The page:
New York, New York, still capital of the world
Spanning 400 years, Teresa Carpenter’s selection of snippets from New Yorkers’ diaries reveals both the magic and tragedy of this great city.
If you thought New York didn’t need another tribute, you were wrong. There’s nothing superfluous about Teresa Carpenter’s New York Diaries, a new collection of journal entries spanning four centuries. This is an unconventional compendium of stories about life in the city by natives and visitors with a proclivity for reflection. They don’t all gush about being here, but, brought together between the same covers, the diarists remind us why so many have chosen to believe the promises New York City holds out.
The book certainly allows readers to indulge in nostalgia, to lament the passing of golden eras or to romanticise the mores of a sinful city. At the same time, though, the journal entries are also a reminder that even in Gotham, days can be mundane, sad and devastating. Cholera outbreaks, child prostitution and factory fires – the tragedies have been many. The insights into the city’s past residents are not always flattering, either. For instance, in 1861 the lawyer George Templeton Strong remarked on a book maintaining the right to hold slaves on religious and ethical principles: ‘It looks sound and sensible.’
Even so, what makes New York Diaries so compelling is that, as you read the 400 years’ worth of reflections, it feels like the layers of myth enshrouding the city slowly come off, only to reveal, still, a metropolis that fully deserves its nickname: the Capital of the World.
To compile the book, Carpenter conducted a seemingly forensic search through the archives of libraries, historical societies and private estates, selecting for inclusion the entries that she, for one reason or another, liked. The 100 or so diarists include the famous and the not-so-famous, revolutionaries and British loyalists, tourists and natives, heiresses and beatniks. Their entries are arranged to follow a calendar year so that on any given day you can dip into the book and find out what the diarists and the city were up to on that date in different eras.
On this day, 17 February, in 1777, Hugh Gaine, a colonial printer and journalist sympathetic to the British cause, noted ‘another Alarm of Fire’, but added ‘This was no more than a Chimney’. Meanwhile, in another part of town, Ambrose Serle, the secretary to General Sir William Howe and a British loyalist, was having dinner with his boss. They received information that ‘a Part of Maryland has taken up Arms, declared for the Crown, and disarmed many of the Rebels in that Province…’.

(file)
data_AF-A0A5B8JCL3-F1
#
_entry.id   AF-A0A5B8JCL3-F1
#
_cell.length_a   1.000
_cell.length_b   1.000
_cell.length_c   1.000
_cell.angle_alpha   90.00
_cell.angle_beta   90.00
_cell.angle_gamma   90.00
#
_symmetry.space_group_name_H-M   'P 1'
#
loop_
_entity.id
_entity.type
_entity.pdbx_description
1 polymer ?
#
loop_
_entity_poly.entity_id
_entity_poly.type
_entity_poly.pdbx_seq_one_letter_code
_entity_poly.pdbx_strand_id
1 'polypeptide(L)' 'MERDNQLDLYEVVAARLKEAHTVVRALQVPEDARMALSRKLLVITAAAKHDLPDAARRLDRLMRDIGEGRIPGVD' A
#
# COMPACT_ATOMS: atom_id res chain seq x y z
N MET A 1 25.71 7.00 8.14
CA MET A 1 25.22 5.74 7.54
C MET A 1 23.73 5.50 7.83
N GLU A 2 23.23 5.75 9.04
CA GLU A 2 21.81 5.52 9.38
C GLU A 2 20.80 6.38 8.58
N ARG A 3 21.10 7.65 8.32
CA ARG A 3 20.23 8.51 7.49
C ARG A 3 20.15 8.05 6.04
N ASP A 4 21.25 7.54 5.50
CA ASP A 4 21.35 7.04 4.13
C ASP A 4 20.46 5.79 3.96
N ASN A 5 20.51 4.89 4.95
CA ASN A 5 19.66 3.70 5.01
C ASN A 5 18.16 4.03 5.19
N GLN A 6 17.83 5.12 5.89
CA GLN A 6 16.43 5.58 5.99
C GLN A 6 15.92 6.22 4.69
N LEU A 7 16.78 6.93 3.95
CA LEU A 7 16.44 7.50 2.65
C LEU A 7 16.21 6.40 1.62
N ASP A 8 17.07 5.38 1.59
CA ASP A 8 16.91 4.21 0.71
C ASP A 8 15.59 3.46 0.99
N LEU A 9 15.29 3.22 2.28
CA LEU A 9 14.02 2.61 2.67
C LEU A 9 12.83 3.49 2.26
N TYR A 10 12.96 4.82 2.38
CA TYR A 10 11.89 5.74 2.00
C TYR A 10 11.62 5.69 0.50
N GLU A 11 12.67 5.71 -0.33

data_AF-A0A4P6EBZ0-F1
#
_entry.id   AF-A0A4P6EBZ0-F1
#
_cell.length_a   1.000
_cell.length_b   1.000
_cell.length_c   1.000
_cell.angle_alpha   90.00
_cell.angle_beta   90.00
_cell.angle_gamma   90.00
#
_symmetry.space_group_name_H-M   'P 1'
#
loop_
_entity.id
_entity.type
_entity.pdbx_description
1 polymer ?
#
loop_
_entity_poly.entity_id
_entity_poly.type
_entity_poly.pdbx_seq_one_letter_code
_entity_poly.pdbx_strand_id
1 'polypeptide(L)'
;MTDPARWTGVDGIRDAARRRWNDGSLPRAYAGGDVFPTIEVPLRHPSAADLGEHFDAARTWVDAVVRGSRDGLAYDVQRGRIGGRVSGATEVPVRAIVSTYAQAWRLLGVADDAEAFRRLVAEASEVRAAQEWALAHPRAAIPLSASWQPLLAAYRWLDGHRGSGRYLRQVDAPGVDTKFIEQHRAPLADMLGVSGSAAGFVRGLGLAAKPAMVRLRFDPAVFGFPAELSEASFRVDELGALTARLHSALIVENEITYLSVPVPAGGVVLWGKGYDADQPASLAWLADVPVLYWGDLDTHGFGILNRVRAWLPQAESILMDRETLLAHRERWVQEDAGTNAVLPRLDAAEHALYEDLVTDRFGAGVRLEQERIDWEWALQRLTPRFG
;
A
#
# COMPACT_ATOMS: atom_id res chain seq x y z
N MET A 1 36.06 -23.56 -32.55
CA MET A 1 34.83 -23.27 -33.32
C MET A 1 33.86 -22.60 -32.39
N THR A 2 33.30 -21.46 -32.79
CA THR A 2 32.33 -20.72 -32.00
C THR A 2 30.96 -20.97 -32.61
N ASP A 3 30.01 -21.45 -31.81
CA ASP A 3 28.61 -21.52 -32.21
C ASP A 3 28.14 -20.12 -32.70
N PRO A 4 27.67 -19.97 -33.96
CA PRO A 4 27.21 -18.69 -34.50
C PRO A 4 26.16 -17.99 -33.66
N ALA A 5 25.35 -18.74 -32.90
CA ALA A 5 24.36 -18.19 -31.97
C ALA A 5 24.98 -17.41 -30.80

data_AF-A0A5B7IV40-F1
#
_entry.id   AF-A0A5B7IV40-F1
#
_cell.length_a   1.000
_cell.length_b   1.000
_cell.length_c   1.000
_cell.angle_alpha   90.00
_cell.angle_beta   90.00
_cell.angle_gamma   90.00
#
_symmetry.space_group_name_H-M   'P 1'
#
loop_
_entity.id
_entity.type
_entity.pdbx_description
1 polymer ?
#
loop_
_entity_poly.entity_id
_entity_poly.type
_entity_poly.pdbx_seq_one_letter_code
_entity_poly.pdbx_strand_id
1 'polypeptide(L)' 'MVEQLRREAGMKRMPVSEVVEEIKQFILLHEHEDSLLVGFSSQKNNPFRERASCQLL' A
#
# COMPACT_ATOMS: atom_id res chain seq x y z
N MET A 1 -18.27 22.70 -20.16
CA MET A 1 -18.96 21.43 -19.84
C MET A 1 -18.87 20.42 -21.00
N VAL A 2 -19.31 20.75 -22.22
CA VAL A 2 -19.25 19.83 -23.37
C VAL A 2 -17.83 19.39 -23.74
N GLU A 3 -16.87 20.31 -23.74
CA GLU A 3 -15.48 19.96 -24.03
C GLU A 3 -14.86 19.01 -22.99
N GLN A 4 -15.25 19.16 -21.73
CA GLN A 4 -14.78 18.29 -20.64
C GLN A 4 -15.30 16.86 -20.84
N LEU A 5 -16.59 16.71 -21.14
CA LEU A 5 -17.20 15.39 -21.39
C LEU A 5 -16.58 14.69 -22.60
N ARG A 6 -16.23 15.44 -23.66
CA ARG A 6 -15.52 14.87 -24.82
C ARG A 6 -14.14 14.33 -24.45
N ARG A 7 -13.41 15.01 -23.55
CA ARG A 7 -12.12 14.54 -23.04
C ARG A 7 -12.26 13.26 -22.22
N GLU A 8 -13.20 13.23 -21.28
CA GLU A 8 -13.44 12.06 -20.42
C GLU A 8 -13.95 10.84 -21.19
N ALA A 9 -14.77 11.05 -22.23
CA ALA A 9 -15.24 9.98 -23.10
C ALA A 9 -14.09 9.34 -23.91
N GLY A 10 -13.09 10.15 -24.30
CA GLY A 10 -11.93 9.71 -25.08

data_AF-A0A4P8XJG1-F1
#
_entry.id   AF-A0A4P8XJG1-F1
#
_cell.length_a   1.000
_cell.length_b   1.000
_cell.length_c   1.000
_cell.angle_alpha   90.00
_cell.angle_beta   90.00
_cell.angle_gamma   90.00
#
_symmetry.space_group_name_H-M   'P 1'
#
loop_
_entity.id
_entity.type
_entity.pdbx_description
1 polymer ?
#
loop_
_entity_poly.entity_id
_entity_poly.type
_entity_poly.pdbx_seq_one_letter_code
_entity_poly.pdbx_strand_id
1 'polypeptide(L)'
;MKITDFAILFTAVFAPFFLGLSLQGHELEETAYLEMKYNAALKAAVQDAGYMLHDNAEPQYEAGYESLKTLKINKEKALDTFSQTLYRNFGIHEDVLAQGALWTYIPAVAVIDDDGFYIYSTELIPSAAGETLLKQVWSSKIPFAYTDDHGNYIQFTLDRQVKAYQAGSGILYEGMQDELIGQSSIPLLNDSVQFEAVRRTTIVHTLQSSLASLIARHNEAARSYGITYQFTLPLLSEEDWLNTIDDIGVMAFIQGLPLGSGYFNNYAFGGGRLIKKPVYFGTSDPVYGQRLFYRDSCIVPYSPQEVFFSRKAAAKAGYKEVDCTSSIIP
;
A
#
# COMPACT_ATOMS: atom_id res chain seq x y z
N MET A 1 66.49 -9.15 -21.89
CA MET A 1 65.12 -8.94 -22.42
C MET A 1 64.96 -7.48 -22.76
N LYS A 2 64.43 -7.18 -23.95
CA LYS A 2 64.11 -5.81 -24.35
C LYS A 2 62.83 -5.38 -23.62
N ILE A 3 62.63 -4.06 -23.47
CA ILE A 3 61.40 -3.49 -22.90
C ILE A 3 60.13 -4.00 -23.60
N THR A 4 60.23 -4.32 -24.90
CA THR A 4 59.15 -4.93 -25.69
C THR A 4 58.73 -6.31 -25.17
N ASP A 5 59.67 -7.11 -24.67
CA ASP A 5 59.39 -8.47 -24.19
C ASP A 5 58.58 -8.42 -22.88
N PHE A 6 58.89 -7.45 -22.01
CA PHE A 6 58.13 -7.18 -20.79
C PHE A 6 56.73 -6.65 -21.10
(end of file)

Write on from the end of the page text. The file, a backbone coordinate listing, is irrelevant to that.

Other dates contrast entries of people living in different times and social circles who seemingly did not share anything in common – except, of course, that they kept diaries in New York. And so, on one and the same page, you’ll find entries by beat poet Jack Kerouac and President George Washington. On another, there are entries from Catherine Elizabeth Havens, a 10-year-old heiress from a wealthy shipping family, and from Dorothy Day, the radical journalist who co-founded the Catholic Worker.
Of course, this selection of diarists can only give a partial view of New York and its history, but, as far as snapshots go, most are pretty absorbing. At times, though, the non-chronological arrangement gives the book a disjointed feel, which is why reading it in a stretch can be the least satisfactory approach. Who could wait 50 pages to find out the fate of the pithy Augustus Van Horne Ellis’s canaries, for instance? Instead, jumping ahead to his next few entries, you’ll quickly learn that Sally laid two eggs only for the hatchlings to be killed by her mate Dick. Two days later Van Horne Ellis ‘shot a cat dead, dead, dead’. Did he think of Sally, perhaps, as he fought and died in the Battle of Gettysburg?
Other times, the book swings back and forth in time in single diarists’ lives. In his 15 December 1880 entry, Theodore Roosevelt recounts how, when Alice, his ‘sweetest little wife’, isn’t able to go on horse cart rides along the Hudson, he takes ‘the dear little mother’ instead. But at this point, the reader has already learnt of the deaths of Roosevelt’s wife and mother on the same day, Valentine’s Day in 1884. ‘The light has gone out of my life’, reads Roosevelt’s single-line entry from that day. So when we encounter him again, all excited about the future, it all feels unbearably tragic.
Another tragedy, of course, but this one city-wide, was the attack on the World Trade Center on 9/11. That day and its aftermath are chronicled here by various bloggers, but their posts stand out as messy, looking like their authors accidentally kept hitting the caps-lock key. Though they are written for public view, the blog entries seem a lot more emotional and personally revealing than some of the private journals cited elsewhere.
The calamity of that day doesn’t dominate the book, though, which also leaves plenty of space for the city’s thrills and quirks. The unparalleled magic and heart-swelling feeling that’s so unique to New York City is best conveyed by its newcomers and those passing through. As EB White wrote in his famous 1949 essay, Here is New York: ‘Commuters give the city its tidal restlessness, natives give it solidity and continuity, but the settlers give it passion.’
And so the last word goes to journalist Edward Robb Ellis who, after arriving in New York by train, wrote: ‘[I] walked through the grandeur of Grand Central Terminal, stepped outside, got my first look at the city and instantly fell in love with it. Silently, inside myself, I yelled I should have been born here!‘